surveillance; seroepidemiology; Chagas disease; Rio Negro; Brazilian Amazon


Chagas disease in the Brazilian Amazon Region was previously regarded as an enzootic disease of wild animals, from the time when Chagas (1924)Chagas C. Infection naturelle dês singes du Pará (Chrysotrix sciureus) par Trypanosoma cruzi. Comp Rend Séanc Soc Biol Ses Fin. 1924; 90(12): 873-6. confirmed that its cause was Trypanosoma cruzi, a parasite found by Abhen-Athar in the common squirrel monkey (Saimiri sciureus), in the state of Pará in 1922. Since then, a variety of mammal species (marsupials, bats, rodents, carnivores, edentates, and primates) native to the Amazon Region have been described as reservoirs of T. cruzi (Coura & Junqueira 2012Coura JR, Junqueira ACV. Risks of endemicity, morbidity and perspectives regarding the control of Chagas disease in the Amazon Region. Mem Inst Oswaldo Cruz. 2012; 107(2): 145-54.). Table I shows the different species that form wild reservoirs for T. cruzi in the Brazilian Amazon Region and the references for the respective authors.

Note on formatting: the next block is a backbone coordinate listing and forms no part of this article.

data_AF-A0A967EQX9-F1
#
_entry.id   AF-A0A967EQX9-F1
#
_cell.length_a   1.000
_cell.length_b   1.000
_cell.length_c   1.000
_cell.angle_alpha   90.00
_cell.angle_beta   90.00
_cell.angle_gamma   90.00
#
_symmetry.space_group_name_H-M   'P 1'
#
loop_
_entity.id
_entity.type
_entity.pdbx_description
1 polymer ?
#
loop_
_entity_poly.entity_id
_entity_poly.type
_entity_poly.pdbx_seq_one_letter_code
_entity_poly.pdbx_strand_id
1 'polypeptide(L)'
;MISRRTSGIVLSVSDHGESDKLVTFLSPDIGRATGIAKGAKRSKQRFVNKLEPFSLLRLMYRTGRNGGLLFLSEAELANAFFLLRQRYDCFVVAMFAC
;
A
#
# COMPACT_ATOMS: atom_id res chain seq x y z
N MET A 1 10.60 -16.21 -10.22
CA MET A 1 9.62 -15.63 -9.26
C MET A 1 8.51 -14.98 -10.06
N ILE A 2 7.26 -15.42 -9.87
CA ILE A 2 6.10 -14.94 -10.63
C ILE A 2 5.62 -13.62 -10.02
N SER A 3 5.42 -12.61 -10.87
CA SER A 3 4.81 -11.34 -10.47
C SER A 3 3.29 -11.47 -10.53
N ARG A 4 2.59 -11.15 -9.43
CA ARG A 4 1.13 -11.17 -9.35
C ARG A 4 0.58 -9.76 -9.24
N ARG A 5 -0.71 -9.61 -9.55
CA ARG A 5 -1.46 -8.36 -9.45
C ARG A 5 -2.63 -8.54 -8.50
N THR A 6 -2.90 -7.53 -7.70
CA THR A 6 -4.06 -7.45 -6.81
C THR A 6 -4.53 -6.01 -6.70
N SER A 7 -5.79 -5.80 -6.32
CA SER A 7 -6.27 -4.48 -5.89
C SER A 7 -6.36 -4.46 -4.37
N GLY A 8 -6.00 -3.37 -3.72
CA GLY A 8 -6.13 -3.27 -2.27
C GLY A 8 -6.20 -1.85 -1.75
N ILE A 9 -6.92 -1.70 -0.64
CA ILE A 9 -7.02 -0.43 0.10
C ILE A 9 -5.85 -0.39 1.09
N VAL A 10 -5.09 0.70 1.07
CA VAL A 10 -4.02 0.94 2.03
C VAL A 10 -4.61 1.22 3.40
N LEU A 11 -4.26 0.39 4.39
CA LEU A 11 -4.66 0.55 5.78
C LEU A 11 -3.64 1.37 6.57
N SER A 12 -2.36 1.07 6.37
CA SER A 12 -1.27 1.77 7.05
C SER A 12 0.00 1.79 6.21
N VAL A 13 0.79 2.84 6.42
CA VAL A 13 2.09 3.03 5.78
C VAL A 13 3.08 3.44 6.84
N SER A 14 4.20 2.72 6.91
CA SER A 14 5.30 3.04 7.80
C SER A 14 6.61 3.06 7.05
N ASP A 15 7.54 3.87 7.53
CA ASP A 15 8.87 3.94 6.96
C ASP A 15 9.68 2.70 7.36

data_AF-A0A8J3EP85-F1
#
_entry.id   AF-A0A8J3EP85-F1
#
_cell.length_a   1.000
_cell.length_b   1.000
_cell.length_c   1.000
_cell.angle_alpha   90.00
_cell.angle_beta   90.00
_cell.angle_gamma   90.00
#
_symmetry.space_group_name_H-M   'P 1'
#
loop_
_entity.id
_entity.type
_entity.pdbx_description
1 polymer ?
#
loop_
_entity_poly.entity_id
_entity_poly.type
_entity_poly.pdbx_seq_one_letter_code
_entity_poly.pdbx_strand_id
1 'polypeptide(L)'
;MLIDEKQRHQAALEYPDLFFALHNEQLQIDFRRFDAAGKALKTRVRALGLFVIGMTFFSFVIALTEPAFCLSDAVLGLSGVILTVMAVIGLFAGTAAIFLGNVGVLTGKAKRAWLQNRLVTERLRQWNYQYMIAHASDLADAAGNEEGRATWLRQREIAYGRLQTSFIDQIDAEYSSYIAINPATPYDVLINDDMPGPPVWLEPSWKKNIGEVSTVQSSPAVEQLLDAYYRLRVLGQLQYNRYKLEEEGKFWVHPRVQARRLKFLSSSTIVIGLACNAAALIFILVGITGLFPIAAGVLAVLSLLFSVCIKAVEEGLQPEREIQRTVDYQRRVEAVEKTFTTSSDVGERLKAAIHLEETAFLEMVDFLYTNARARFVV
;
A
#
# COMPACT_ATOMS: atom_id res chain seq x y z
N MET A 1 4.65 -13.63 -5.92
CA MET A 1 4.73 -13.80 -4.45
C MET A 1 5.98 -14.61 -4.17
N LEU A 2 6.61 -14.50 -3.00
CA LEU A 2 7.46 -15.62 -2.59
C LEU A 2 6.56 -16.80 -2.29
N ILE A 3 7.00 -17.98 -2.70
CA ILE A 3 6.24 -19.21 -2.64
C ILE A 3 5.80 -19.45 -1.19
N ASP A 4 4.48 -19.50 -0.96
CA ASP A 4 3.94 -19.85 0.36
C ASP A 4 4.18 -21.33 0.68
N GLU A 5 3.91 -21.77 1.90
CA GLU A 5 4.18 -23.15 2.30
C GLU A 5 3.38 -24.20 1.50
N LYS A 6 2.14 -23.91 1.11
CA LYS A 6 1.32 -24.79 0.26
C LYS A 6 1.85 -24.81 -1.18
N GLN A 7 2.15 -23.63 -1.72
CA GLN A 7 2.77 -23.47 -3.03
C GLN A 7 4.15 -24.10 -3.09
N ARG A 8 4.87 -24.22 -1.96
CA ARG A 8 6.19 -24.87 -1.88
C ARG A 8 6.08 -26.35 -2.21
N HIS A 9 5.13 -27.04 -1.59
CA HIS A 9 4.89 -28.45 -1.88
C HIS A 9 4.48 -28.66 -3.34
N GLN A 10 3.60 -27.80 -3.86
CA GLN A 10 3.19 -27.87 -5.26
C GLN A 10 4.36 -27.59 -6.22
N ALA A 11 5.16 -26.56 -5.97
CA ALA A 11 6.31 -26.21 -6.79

TABLE I
Mammals from Brazilian Amazon found to be infected with Trypanosoma cruzi

Although at least 16 species of wild triatomine exist in the Brazilian Amazon Region and 10 have been found to be infected with T. cruzi (Table II), no triatomines with adaptation to human homes have been detected in this region, except for Triatoma rubrofasciata, an uninfected species exclusively found in port areas.

TABLE II
Triatomines found in the Brazilian Amazon

Valente et al. (1998)Valente VC, Valente SAS, Noireau F, Carrasco HJ, Miles MA. Chagas disease in the Amazon Basin: association of Pantrongylus geniculatus (Hemiptera: Reduviidae) with domestic pigs. J Med Entomol. 1998; 35(2): 99-103. found Panstrongylus geniculatus in pigsties on the Island of Marajó and Luitgards-Moura et al. (2005)Luitgards-Moura JF, Vargas AB, Almeida CE, Magno-Esperança G, Souza RA, Folly-Ramos E, et al. A Triatoma maculata (Hemiptera, Reduvidae, Triatominae) population from Roraima, Amazon Region, Brazil, has some bionomic characteristics of a potential Chagas disease vector. Rev Inst Med Trop São Paulo. 2005; 47(3): 131-7. found Triatoma maculata in hen-houses in agricultural colonisation areas in Roraima, peridomestic areas, and occasionally homes, but without adaptation. However, these situations indicate that the vectors are present in close contact with humans, and thus there is a future risk of adaptation.